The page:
A hawker centre that blends the old and the new will open in November in Pasir Ris Central - the latest in a recent wave of establishments trying to find ways to keep the hawker culture alive among young Singaporeans.
Besides food for traditional tastebuds, it will have one floor of "creative cuisine" for the adventurous palate, served in a space designed to look like a hipster cafe.
To add to the "hipster food market vibe", NTUC Foodfare, which will run the centre, said events, such as art markets, craft fairs and music gigs, may be held in the space to enhance the dining experience.
NTUC Foodfare's ambition is "to inject new energy to the local street food scene", its spokesman said yesterday.
The new Pasir Ris Central Hawker Centre will occupy a two- storey building. The first floor will have 20 cooked food stalls offering traditional hawker fare like chicken rice, while a "hipster" food hub called Fareground will be on the second floor, with 22 stalls.
The hipster menu, which typically tends to refer to cafe food, fusion fare or local food with a twist, could include offerings such as beef stroganoff and stew, or Japanese donburi in which diners can mix and match the ingredients.
NEW CENTRE'S APPEAL
It will attract customers because there isn't the added service charge and, whether young or old, they want to try something new. People also feel more comfortable and relaxed in a casual setting than in a restaurant or an actual cafe.
CHEF TAN JUN ANN, who co-owns The Skewer Bar in a Geylang coffee shop, on the Pasir Ris Central Hawker Centre.
The final list of food offerings, however, will be unveiled after Sept 22, the closing date for Singaporeans and permanent residents to apply for the stalls. They can start applying from next Monday.
The hawker centre is the third newly built one to be managed by NTUC Foodfare, after Bukit Panjang Hawker Centre and Market and Kampung Admiralty Hawker Centre.
Its spokesman said with Fareground, it hopes to draw new-generation hawkers to ply their trade under one roof and in an environment that appeals to them. "This is also a way of keeping the hawker centre culture alive among the younger generation." She envisioned Fareground as not just a place where people eat and leave, like at a typical hawker centre, but also a space for people to gather and socialise.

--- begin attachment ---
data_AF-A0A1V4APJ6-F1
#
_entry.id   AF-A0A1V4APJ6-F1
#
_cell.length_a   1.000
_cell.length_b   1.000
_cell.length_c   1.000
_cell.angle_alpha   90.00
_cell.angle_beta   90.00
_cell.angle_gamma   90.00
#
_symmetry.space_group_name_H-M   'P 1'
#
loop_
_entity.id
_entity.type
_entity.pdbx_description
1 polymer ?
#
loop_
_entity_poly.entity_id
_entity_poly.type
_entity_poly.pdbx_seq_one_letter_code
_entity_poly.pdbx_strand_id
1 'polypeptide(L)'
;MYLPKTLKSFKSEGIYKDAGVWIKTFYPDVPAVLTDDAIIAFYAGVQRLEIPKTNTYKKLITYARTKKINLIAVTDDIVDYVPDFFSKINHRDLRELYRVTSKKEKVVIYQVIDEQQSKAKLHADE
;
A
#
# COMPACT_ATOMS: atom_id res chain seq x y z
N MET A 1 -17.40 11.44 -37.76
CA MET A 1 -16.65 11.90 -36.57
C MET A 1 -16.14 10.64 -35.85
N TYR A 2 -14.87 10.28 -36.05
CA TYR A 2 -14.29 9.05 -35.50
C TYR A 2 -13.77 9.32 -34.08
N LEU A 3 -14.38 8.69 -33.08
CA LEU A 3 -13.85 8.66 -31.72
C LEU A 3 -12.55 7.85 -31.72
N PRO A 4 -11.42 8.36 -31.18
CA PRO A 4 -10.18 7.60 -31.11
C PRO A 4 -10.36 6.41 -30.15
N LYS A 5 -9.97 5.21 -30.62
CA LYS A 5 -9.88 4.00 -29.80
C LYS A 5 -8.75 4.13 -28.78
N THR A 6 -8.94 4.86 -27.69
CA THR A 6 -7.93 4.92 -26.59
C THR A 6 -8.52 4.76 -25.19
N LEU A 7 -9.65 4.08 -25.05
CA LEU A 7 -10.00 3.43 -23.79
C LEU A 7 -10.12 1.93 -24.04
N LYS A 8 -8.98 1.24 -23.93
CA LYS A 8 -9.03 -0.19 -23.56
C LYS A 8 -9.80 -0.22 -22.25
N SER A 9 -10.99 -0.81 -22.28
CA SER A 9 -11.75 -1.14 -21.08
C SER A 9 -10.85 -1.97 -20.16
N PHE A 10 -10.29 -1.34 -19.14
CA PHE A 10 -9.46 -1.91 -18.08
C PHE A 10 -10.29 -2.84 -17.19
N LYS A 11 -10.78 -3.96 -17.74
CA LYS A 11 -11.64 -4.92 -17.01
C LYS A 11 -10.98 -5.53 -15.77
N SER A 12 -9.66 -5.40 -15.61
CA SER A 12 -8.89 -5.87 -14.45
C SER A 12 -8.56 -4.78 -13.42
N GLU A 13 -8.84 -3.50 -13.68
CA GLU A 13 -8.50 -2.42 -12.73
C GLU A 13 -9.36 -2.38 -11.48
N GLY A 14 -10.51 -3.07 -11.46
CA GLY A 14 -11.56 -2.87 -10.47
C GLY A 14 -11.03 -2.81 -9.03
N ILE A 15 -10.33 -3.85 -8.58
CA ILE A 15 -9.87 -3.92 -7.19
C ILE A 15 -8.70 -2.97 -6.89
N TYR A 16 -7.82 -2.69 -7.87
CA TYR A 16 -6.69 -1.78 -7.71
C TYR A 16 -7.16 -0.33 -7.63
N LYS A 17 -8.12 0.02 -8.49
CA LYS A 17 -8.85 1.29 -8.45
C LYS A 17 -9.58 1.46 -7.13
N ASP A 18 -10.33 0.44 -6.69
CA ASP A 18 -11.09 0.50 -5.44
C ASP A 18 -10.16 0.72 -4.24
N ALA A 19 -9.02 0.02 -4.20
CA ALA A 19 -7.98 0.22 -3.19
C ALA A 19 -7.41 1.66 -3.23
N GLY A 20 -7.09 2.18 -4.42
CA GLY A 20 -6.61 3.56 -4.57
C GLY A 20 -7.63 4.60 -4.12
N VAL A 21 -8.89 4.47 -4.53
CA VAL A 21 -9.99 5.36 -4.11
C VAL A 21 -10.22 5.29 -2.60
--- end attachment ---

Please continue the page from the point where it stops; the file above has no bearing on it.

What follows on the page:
It follows in the wake of hawker centres such as Timbre+ in one- north, which boasts a live band, and Salut Coffeeshop in Bukit Merah which sells European cuisine.
New-generation hawkers and cafe owners interviewed found the concept appealing.
Mr Joey Lim, owner of the Builders at Sims cafe near Aljunied MRT station, said the hawker centre will offer the best of both worlds. "For start-up businesses, it is a safer venture than opening a cafe," said the 30-year-old, who is confident that the unusual mix of old and new will draw people.
Chef Tan Jun Ann, 34, who co-owns The Skewer Bar in a Geylang coffee shop, agreed. He foresees that the many young people in Pasir Ris will be drawn to the hawker centre.
"It will attract customers because there isn't the added service charge and, whether young or old, they want to try something new.
"People also feel more comfortable and relaxed in a casual setting than in a restaurant or an actual cafe," he said.
NTUC Foodfare said every stall on both levels will offer at least two budget meals, in line with its aim to offer residents affordable and quality cooked food. The hipster cuisine will also be comparatively cheaper than similar dishes at cafes.